# Finding the centroid of a cardiod curve.

1. Sep 13, 2011

### PhyStan7

1. The problem statement, all variables and given/known data

A cardioid or heart shaped curve is given in plane polar coordinates $\rho$,$\phi$ by the parametrisation $\rho$=1-cos$\phi$ or equivilantly
$\rho$=2sin$^{2} (\frac{ϕ}{2})$ for $0\leq\phi$$\leq$2$\pi$

A shape resembling an apple is generated by revolving the upper (+y) half of the cardioid curve about the x axis. Show using an integral of functions of $\frac{ϕ}{2}$, that the upper half of the cardioid curve lies at $\bar{y}$=$\frac{4}{5}$

2. Relevant equations

$\bar{y}$=$\int$ydA$\div$$\int$dA

3. The attempt at a solution

Sorry about my awful latex usage, I have never used this stuff before! Basically I try the above integral. I found the area of the whole shape (above and below x axis) in a previous part as $\frac{3}{2}$$\pi$ by integrating the limits 0$\leq$$\phi$$\leq$2$\pi$ and $\rho$ between 0 and 2sin$^{2}$$\frac{ϕ}{2}$ which I know is right.

For the top part of the integral I am trying it with y=$\rho$sin$\phi$ with $\phi$ between 0 and $\pi$ and $\rho$ between 0 and 2sin$^{2}$$\frac{ϕ}{2}$ but it does not work as the extra $sin\phi$ means it is impossible to have a $\pi$ in the integral solution so the final answer for $\bar{y}$ will always be over $\pi$ . I think I am setting up the ydA integral wrong but am not sure how. Any guidance wouild be much appreciated, cheers.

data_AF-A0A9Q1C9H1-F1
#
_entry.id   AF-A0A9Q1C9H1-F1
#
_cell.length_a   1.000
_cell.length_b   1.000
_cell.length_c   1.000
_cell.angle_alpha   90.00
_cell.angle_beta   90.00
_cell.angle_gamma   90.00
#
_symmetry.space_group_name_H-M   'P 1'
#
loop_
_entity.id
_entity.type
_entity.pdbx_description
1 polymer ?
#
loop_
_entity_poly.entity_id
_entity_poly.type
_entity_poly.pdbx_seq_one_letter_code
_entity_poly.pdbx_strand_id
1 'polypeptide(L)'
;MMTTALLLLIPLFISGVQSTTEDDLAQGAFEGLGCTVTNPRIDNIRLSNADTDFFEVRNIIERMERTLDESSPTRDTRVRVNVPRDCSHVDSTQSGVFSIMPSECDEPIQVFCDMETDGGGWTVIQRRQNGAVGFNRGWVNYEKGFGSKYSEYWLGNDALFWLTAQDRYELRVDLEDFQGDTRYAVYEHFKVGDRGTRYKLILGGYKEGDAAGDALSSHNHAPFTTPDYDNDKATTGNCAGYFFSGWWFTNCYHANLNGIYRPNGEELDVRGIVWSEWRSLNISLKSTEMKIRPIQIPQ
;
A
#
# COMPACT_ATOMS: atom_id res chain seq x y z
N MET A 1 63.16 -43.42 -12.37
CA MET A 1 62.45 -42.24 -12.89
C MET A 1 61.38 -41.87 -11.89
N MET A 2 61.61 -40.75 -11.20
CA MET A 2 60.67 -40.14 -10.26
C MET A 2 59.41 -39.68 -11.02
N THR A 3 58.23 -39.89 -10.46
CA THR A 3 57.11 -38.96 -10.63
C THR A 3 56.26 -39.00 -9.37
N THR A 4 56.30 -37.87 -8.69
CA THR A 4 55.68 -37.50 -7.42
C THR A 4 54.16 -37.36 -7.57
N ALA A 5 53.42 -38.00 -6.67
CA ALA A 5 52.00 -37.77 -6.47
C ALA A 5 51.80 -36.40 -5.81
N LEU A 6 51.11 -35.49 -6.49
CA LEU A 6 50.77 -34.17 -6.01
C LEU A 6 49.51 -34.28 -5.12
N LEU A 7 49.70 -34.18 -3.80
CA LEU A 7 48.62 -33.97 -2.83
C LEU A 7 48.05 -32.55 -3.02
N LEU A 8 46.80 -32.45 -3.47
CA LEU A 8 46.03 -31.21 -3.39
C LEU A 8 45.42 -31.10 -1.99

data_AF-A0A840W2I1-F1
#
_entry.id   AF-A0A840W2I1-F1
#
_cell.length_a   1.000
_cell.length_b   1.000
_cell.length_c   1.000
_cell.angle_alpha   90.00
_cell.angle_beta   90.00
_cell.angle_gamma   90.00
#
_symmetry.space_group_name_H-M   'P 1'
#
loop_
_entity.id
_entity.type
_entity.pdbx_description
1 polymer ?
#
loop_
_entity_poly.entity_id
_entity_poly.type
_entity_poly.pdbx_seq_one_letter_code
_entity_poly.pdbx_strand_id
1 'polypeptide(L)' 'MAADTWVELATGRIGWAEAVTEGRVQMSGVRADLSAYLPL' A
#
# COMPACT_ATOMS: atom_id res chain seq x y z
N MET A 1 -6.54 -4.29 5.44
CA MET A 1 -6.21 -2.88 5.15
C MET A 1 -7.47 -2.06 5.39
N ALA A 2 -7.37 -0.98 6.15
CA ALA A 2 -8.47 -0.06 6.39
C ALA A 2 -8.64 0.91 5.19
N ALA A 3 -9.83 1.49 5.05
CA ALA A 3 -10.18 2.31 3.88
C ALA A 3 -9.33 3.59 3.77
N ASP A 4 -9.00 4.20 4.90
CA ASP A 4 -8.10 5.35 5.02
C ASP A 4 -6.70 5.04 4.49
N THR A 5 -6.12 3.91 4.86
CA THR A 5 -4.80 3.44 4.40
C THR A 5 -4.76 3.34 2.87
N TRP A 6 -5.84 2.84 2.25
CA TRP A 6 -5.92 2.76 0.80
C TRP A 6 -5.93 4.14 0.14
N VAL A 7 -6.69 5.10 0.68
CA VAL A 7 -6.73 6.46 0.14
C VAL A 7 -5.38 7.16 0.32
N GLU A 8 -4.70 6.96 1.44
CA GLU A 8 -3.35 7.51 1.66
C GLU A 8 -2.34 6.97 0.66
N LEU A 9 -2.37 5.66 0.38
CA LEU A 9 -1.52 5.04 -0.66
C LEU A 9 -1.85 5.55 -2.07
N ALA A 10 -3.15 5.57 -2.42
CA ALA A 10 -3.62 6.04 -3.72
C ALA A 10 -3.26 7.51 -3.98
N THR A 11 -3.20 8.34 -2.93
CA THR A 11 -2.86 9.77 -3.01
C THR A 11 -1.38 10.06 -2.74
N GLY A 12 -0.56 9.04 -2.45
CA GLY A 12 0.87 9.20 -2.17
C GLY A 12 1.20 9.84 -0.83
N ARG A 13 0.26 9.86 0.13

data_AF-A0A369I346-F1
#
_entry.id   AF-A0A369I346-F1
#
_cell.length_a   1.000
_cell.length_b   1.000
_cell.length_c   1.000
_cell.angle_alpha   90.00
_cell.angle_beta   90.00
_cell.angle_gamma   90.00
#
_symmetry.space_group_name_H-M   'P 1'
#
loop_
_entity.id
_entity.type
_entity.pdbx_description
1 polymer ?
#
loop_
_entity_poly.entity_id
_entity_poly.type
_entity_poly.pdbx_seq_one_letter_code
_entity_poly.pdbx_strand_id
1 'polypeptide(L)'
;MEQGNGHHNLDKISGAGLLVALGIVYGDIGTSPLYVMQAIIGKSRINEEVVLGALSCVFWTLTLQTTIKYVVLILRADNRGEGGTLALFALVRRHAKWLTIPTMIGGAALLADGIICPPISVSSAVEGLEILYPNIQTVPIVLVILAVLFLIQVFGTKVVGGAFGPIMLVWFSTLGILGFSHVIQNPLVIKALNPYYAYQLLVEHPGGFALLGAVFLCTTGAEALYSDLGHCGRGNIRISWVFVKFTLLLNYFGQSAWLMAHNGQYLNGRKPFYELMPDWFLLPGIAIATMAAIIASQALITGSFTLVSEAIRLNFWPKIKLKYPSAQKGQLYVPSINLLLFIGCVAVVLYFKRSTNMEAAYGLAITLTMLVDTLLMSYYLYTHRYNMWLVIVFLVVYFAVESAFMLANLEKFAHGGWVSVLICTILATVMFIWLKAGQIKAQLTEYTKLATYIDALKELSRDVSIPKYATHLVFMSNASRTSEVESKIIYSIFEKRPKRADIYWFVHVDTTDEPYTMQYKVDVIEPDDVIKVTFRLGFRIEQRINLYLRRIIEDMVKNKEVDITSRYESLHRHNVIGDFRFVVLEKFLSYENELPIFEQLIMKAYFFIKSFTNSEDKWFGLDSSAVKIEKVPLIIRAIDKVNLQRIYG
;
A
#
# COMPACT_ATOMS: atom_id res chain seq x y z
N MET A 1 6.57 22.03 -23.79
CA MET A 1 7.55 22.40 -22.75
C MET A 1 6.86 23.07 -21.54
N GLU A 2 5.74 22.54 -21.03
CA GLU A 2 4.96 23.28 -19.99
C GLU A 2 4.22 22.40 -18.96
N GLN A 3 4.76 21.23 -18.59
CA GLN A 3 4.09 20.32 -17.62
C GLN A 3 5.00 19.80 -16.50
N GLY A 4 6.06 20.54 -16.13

2. Sep 16, 2011

### PhyStan7

For greater clarity I have attached the question ( part b i), I have already done a) and my attempt at a solution. I just think perhaps I am setting up the integral wrong, any hints to get me on the right track would be appreciated, thanks!

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3. Sep 16, 2011

### vela

Staff Emeritus
You're misinterpreting the problem. It's asking for the centroid of the curve, not the surface.

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